Five steps to science outreach success

Tomorrow I’ll be driving down to London in a van packed with microscopes, giant eggshell models, bird feeding tables, wildlife camera traps and more. Once there, I’ll be meeting a bus-load of children from Rotherham, ready to spend a whole week delivering science to the masses. For the past year, I have been working with Maltby Academy as part of a Royal Society Partnership Grant-funded project, investigating the secret life of birds. This week sees the culmination of all our hard work at the Royal Society Summer Science Exhibition, where we have been invited to present our project alongside the UK’s scientific elite.

I can’t wait to fill you in on how it goes in a future blog post, but for now I want to take the opportunity to reflect on my year of ongoing school-based outreach, and offer five tips for effectively engaging school children in science.

1. Talk to teachers. Before you plan your outreach activity, get in contact with the school and discuss your ideas with the teacher. Forging a strong relationship with teaching staff is crucial for successful school outreach – it will help with organisational logistics, and give you the chance to ask questions to make sure your activity is suitable and relevant.

Try this:

If this is going to be your first time in a classroom environment, ask if you can sit in on a science lesson a couple of weeks beforehand. This will give you the chance to familiarise yourself with the set-up, assess the level of the students, and pick up valuable tips from the teacher on how to maintain attention and engagement.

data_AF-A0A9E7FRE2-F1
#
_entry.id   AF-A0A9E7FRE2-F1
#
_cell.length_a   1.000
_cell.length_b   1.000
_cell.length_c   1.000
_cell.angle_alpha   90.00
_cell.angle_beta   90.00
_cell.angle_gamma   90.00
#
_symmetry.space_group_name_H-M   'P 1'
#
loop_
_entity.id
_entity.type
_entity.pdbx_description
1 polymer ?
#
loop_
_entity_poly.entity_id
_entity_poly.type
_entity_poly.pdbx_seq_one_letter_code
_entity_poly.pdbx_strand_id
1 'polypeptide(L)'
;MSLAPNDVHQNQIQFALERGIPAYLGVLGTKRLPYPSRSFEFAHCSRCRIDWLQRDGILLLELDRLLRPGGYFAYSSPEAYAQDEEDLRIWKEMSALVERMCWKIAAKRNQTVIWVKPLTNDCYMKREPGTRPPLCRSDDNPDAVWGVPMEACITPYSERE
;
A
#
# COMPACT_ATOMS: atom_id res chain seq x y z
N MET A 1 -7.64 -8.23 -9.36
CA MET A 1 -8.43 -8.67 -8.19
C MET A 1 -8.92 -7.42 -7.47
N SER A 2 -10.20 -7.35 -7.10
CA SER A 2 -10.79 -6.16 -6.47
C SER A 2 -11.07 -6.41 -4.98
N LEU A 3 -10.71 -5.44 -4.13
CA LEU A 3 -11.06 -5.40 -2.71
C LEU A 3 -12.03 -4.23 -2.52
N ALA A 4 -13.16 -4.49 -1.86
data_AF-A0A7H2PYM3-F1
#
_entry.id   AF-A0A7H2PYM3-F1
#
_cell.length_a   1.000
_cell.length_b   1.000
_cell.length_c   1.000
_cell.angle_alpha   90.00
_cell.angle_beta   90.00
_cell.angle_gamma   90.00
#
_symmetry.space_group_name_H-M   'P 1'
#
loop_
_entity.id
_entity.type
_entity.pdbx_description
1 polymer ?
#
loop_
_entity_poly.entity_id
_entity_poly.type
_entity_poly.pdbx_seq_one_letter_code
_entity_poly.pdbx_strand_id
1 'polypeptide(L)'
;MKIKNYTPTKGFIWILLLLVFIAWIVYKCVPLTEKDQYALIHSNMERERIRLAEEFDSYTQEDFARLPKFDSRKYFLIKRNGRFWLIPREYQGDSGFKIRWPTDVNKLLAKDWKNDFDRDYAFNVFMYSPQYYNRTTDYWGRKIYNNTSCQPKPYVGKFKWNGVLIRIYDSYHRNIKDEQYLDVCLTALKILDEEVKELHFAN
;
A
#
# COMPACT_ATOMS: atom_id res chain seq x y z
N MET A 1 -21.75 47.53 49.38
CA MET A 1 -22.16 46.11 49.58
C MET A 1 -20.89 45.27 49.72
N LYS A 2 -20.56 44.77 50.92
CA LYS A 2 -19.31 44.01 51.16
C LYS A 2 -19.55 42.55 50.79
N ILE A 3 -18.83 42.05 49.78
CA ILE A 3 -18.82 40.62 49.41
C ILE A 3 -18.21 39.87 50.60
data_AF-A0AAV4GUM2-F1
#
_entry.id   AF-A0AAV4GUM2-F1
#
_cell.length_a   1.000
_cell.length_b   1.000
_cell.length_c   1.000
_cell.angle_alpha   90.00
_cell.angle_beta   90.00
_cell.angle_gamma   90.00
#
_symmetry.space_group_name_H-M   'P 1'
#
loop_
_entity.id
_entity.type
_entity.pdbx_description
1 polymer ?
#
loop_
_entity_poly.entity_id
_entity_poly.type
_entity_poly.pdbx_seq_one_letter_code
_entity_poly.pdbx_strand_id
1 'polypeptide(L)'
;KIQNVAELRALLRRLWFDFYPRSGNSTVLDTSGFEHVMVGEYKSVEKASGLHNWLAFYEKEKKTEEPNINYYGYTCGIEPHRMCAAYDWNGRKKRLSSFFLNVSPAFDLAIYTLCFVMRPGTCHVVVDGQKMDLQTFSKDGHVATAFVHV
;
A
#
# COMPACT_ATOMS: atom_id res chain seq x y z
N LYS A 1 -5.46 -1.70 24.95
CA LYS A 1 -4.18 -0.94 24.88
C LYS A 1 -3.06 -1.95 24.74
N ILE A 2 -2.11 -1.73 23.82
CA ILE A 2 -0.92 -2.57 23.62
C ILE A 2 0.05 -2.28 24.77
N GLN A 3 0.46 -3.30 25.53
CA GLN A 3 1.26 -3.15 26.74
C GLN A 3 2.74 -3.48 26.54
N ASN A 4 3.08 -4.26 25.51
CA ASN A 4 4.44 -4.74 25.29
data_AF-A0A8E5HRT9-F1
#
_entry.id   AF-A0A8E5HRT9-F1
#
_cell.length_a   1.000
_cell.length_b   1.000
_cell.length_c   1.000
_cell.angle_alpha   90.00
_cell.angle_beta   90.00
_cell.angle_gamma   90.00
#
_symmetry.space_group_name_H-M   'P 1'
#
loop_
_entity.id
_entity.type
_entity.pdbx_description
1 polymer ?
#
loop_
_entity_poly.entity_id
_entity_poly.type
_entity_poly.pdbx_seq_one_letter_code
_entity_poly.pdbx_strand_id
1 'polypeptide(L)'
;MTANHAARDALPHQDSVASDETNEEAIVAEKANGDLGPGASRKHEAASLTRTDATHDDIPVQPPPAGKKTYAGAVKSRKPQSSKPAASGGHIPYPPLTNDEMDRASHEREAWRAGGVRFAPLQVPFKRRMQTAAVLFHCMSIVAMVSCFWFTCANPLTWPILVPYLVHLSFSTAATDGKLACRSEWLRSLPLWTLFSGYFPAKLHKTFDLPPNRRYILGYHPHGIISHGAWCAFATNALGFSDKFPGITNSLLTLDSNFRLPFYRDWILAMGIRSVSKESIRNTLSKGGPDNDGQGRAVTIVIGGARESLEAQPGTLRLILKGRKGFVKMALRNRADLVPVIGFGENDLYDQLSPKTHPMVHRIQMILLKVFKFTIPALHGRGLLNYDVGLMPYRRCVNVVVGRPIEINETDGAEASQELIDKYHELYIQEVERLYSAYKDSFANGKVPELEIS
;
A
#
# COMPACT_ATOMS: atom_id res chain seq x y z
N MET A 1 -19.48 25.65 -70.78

2. Become familiar with the National Curriculum. It is essential that you pitch your subject matter at the correct level for your target audience. Do your homework. What do students learn at each Key Stage? What basic knowledge will they already have that is relevant to your topic? How can you link your material with the work they are already doing in class, building upon their existing knowledge to broaden their understanding? Never assume knowledge, but also be careful not to under-pitch. Kids get bored easily – you need to challenge them.

Try this:

Ask the class what they already know about your subject, and allow some time for discussion. It is tempting to underestimate a young audience, but they often know a surprising amount! And make sure you leave plenty of time for questions – you will be inundated.

3. Don’t deliver a lecture. I hope this goes without saying, but just in case: The effectiveness of traditional lecturing is debatable even at graduate-level. It certainly doesn’t work for 12-year-olds. You MUST incorporate some degree of interactivity into your outreach. Hands-on practicals or demonstrations with brief introductions and summaries are ideal – they encourage active learning while keeping students continuously engaged. If your work doesn’t lend itself to practical work, be imaginative: How can you involve the children in your subject matter? Can you use them to demonstrate a point? When talking to the students, make sure you ask questions and encourage discussion whenever possible – this is probably the most receptive audience you will ever have.